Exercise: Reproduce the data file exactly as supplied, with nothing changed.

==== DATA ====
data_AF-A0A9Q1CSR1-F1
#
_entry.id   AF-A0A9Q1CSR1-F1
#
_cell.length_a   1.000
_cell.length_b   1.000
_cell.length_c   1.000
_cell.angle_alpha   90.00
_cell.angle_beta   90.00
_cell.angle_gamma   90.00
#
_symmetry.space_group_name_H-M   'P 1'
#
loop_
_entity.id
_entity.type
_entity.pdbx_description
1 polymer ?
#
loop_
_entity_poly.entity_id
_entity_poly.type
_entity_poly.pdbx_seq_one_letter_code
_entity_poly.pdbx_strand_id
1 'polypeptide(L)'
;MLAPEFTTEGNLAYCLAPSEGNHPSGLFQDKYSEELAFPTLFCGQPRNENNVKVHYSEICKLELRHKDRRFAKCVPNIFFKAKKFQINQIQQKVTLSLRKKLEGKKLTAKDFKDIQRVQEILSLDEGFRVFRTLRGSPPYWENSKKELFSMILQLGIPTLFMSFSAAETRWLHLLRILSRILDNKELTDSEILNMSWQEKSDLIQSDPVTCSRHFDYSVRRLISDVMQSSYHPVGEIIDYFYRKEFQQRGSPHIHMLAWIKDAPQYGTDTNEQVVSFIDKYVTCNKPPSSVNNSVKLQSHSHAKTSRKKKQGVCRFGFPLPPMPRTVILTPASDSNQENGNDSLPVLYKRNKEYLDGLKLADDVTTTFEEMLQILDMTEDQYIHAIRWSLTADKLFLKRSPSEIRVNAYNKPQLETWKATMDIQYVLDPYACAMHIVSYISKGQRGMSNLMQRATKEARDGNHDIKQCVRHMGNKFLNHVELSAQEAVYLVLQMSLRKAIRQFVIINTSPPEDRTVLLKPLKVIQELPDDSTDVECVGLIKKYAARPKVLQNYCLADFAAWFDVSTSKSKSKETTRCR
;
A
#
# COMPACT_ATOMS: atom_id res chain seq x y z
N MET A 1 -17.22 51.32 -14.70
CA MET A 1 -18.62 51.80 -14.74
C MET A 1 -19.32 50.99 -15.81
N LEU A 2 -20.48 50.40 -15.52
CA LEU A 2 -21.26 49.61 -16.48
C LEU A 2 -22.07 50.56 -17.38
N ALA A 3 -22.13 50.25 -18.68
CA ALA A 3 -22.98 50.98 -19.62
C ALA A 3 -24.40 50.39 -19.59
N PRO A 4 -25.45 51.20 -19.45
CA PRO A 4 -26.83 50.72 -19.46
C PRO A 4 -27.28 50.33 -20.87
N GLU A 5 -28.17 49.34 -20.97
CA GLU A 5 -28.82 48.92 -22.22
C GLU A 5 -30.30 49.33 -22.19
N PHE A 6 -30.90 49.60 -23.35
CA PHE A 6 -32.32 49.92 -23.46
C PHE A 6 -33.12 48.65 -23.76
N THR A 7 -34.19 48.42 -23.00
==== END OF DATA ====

data_AF-A0A9Q1CSR1-F1
#
_entry.id   AF-A0A9Q1CSR1-F1
#
_cell.length_a   1.000
_cell.length_b   1.000
_cell.length_c   1.000
_cell.angle_alpha   90.00
_cell.angle_beta   90.00
_cell.angle_gamma   90.00
#
_symmetry.space_group_name_H-M   'P 1'
#
loop_
_entity.id
_entity.type
_entity.pdbx_description
1 polymer ?
#
loop_
_entity_poly.entity_id
_entity_poly.type
_entity_poly.pdbx_seq_one_letter_code
_entity_poly.pdbx_strand_id
1 'polypeptide(L)'
;MLAPEFTTEGNLAYCLAPSEGNHPSGLFQDKYSEELAFPTLFCGQPRNENNVKVHYSEICKLELRHKDRRFAKCVPNIFFKAKKFQINQIQQKVTLSLRKKLEGKKLTAKDFKDIQRVQEILSLDEGFRVFRTLRGSPPYWENSKKELFSMILQLGIPTLFMSFSAAETRWLHLLRILSRILDNKELTDSEILNMSWQEKSDLIQSDPVTCSRHFDYSVRRLISDVMQSSYHPVGEIIDYFYRKEFQQRGSPHIHMLAWIKDAPQYGTDTNEQVVSFIDKYVTCNKPPSSVNNSVKLQSHSHAKTSRKKKQGVCRFGFPLPPMPRTVILTPASDSNQENGNDSLPVLYKRNKEYLDGLKLADDVTTTFEEMLQILDMTEDQYIHAIRWSLTADKLFLKRSPSEIRVNAYNKPQLETWKATMDIQYVLDPYACAMHIVSYISKGQRGMSNLMQRATKEARDGNHDIKQCVRHMGNKFLNHVELSAQEAVYLVLQMSLRKAIRQFVIINTSPPEDRTVLLKPLKVIQELPDDSTDVECVGLIKKYAARPKVLQNYCLADFAAWFDVSTSKSKSKETTRCR
;
A
#
# COMPACT_ATOMS: atom_id res chain seq x y z
N MET A 1 -17.22 51.32 -14.70
CA MET A 1 -18.62 51.80 -14.74
C MET A 1 -19.32 50.99 -15.81
N LEU A 2 -20.48 50.40 -15.52
CA LEU A 2 -21.26 49.61 -16.48
C LEU A 2 -22.07 50.56 -17.38
N ALA A 3 -22.13 50.25 -18.68
CA ALA A 3 -22.98 50.98 -19.62
C ALA A 3 -24.40 50.39 -19.59
N PRO A 4 -25.45 51.20 -19.45
CA PRO A 4 -26.83 50.72 -19.46
C PRO A 4 -27.28 50.33 -20.87
N GLU A 5 -28.17 49.34 -20.97
CA GLU A 5 -28.82 48.92 -22.22
C GLU A 5 -30.30 49.33 -22.19
N PHE A 6 -30.90 49.60 -23.35
CA PHE A 6 -32.32 49.92 -23.46
C PHE A 6 -33.12 48.65 -23.76
N THR A 7 -34.19 48.42 -23.00